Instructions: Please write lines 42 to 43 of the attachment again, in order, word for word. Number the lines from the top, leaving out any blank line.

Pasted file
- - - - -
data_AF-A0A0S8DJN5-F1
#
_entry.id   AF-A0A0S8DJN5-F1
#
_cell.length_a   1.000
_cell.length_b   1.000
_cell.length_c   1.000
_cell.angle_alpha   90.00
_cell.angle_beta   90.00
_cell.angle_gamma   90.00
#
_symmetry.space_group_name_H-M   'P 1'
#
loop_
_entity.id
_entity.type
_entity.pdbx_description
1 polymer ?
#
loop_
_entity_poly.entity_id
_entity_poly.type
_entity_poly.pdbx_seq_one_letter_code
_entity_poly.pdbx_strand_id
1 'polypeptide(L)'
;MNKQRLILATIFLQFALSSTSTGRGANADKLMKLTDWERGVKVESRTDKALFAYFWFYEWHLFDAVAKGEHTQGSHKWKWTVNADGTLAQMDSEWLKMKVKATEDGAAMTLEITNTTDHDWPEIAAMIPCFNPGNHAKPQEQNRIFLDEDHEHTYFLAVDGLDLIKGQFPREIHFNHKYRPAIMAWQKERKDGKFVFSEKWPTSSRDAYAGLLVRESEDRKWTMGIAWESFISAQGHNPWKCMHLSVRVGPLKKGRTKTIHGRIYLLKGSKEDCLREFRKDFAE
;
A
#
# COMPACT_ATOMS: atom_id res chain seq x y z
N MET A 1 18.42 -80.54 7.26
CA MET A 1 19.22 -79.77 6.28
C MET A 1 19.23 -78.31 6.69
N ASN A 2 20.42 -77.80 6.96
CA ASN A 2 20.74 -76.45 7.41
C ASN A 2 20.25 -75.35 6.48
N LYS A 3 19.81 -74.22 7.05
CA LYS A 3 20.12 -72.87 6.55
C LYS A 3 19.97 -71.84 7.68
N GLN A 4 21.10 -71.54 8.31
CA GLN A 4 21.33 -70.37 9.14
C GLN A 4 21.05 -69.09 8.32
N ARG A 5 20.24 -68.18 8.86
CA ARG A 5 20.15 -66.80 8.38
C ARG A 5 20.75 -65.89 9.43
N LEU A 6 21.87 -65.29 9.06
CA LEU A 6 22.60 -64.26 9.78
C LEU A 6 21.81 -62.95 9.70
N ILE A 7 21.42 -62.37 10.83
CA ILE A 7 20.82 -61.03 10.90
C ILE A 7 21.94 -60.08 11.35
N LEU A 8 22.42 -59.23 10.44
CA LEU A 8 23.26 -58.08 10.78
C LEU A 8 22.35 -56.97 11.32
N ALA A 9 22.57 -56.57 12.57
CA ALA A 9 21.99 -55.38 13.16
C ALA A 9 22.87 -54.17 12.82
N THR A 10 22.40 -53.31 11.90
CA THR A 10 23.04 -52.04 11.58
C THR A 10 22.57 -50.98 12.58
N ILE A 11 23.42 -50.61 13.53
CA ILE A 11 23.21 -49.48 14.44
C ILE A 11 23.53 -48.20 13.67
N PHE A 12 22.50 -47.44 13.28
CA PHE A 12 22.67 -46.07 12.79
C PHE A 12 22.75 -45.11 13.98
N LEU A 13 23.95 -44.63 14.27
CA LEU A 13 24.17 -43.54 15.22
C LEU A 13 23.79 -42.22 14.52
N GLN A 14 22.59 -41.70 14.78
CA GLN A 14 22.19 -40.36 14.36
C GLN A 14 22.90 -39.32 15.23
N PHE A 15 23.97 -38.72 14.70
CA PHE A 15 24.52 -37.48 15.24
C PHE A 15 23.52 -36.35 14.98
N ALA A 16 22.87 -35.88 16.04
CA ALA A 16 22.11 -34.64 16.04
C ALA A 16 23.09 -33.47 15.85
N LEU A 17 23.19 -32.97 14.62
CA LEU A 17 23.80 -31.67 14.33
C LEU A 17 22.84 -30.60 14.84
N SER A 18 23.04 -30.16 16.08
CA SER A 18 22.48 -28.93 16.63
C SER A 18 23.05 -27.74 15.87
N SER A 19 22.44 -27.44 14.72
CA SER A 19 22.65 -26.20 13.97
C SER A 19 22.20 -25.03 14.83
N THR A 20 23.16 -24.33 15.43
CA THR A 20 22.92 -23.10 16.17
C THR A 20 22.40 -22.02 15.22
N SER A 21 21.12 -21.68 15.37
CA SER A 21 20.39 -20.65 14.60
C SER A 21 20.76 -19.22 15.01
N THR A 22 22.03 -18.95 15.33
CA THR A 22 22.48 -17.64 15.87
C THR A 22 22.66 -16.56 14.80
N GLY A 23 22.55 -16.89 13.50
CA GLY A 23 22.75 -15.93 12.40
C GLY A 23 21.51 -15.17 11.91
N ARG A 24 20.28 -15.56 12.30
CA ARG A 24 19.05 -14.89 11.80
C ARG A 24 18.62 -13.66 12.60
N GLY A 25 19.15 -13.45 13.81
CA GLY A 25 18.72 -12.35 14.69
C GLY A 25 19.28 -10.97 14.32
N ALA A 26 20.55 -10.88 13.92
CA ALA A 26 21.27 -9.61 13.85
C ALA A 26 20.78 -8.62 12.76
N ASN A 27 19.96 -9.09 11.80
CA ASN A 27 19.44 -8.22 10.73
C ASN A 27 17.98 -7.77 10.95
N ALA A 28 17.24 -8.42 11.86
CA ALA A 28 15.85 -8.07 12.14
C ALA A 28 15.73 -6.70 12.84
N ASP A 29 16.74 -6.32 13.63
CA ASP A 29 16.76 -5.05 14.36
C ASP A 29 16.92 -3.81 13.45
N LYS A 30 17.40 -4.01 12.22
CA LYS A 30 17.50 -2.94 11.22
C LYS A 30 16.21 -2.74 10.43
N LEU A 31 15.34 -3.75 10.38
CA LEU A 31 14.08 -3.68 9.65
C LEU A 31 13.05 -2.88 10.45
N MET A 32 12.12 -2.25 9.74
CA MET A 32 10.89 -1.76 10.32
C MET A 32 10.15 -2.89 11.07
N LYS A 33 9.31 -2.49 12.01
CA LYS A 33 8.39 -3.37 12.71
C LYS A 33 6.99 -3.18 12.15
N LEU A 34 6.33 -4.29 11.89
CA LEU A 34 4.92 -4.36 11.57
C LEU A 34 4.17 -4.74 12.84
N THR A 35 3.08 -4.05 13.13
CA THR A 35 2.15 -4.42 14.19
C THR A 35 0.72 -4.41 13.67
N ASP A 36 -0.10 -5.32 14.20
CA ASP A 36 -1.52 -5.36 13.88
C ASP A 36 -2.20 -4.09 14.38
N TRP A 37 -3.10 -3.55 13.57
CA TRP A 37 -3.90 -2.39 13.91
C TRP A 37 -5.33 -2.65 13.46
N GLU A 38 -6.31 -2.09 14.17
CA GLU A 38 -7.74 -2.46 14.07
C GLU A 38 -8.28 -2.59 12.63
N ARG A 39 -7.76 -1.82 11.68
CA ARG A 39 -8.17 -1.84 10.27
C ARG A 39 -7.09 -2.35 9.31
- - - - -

C GLN A 4 21.05 -69.09 8.32
N ARG A 5 20.24 -68.18 8.86